MOSCOW: Russia’s parliament backed a sweeping overhaul of national security, including possibly expanding the powers of the country’s intelligence services, after the Kremlin concluded a bomb downed a Russian passenger plane over Egypt last month.
In a rare meeting of both chambers of parliament on Friday, deputies, senators adopted a resolution calling for tougher penalties for terrorists, stricter public security measures and new action to combat extremism.
“You can’t have too much security and any system needs perfecting,” said Valentina Matviyenko, a close ally of President Vladimir Putin and the head of the Federation Council, the upper house of parliament. “Such work is going on at full pace.”
Putin on Tuesday vowed to hunt down those responsible for blowing up an Airbus A321 packed with Russian tourists over Egypt on Oct. 31. All 224 people on board were killed.
The Kremlin has also cited the Paris attacks, in which at least 129 people were killed, as another reason why Russia and the world need to get tougher on Islamic State.
Matviyenko said security measures at airports, on public transport and in places where large events are held, had already been beefed up, on Putin’s orders, in the past week.
But she and others said more needed to be done. Among the suggestions: Reinstating the death penalty for terrorists and setting up an international Nuremberg-style tribunal to try Islamic militants.
“There are proposals to widen the powers of the intelligence services and law enforcement agencies and to toughen criminal responsibility not only for terrorist activity but for anyone who supports it morally, financially or with information,” said Matviyenko.
Sergei Naryshkin, the head of the lower house of parliament, said lawmakers now needed to analyze the legal base underpinning national security to better protect people and strategic sites.
Russia has intensified its air strikes against Islamist militants in Syria in response to the Egypt plane bombing, but lawmakers say they want to ensure Putin knows he has their full support if he decides to go further.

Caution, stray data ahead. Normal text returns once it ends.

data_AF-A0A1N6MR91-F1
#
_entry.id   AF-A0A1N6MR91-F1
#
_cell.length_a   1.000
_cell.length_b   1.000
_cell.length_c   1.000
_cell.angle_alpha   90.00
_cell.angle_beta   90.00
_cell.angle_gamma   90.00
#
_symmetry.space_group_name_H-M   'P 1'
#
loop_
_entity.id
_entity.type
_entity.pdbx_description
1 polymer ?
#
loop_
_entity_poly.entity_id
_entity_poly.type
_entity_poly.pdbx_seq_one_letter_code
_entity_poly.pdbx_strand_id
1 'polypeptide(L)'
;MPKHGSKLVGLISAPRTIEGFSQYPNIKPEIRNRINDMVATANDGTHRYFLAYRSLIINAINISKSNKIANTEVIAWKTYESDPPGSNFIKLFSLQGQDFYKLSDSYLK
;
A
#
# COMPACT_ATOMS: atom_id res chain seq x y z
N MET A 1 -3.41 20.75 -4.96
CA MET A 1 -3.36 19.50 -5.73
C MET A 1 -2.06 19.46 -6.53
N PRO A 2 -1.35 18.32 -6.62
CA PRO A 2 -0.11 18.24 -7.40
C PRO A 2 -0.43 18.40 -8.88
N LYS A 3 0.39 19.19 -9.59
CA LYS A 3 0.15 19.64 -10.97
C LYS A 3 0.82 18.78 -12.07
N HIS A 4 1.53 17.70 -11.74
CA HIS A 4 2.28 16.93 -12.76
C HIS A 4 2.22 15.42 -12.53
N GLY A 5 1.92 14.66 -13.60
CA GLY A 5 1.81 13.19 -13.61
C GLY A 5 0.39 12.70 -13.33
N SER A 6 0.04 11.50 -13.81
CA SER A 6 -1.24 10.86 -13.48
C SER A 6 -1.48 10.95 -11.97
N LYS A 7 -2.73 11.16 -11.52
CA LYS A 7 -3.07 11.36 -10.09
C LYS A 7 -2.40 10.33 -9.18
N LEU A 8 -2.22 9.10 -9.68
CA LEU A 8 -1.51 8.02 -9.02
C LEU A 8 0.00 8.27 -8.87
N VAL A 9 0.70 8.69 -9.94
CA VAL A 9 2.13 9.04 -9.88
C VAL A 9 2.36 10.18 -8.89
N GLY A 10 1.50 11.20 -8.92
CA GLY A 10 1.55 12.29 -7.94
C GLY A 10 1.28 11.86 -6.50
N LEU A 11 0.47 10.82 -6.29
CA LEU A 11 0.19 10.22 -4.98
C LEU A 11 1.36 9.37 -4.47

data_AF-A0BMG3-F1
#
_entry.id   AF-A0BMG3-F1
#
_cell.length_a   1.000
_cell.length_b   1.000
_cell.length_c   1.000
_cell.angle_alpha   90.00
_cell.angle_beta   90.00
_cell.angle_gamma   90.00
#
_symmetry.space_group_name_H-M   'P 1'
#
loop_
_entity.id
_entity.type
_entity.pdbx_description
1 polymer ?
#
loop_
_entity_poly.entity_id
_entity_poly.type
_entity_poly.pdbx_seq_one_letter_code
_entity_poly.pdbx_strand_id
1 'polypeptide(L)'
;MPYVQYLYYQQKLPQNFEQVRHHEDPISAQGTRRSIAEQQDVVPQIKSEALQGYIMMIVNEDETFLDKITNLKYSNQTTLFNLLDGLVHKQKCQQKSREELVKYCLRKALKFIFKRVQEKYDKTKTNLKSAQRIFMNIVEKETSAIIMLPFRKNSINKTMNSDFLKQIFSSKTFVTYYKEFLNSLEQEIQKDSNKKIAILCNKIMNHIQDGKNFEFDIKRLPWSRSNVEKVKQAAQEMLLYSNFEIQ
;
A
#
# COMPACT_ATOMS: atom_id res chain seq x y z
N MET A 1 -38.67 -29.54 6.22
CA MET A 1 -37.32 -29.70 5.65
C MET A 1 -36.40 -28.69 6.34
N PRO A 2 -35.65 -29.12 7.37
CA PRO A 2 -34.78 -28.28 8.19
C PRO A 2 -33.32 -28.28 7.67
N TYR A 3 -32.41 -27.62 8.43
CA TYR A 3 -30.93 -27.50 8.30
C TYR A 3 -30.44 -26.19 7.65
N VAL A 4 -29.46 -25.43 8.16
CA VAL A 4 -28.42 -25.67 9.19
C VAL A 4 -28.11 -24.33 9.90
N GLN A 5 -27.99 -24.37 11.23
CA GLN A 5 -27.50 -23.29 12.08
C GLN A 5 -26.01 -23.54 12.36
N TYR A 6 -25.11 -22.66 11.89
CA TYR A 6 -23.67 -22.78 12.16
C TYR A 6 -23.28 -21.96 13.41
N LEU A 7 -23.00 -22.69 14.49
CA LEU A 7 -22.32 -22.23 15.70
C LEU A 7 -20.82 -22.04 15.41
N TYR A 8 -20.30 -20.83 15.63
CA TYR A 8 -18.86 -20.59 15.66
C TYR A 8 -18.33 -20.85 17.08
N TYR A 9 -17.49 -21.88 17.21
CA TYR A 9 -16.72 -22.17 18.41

Most Russians approve of Putin’s actions in Syria and his personal popularity is at a record high of almost 90 percent, opinion polls show.
But his handling of the Egypt plane crash appears to have drawn a more mixed reaction with one survey, conducted by the independent Levada pollster, showing that 73 percent of Russians thought he should have addressed the nation personally afterwards to offer his condolences.
Sergei Mironov, the leader of the Just Russia party, said on Friday it was “essential” in the wake of the plane bombing for Russia to bring back the death penalty, currently subject to a moratorium, for terrorists and their accomplices.
Putin’s spokesman, Dmitry Peskov, said Mironov’s idea was a new one but that the issue was complex, while Sergei Ivanov, Putin’s chief-of-staff, said Russians would back such a proposal but that it was “premature” to reinstate capital punishment.
Many of the speakers blamed the West for the rise of Islamic State and for hindering the fight against it by refusing to team up with Russia.
“The West blew up the situation in the Middle East and North Africa, and sowed chaos, bloodshed and a humanitarian catastrophe,” said Matviyenko.
“Measures must be taken to ensure nobody has the right to act like that in the world using such methods.”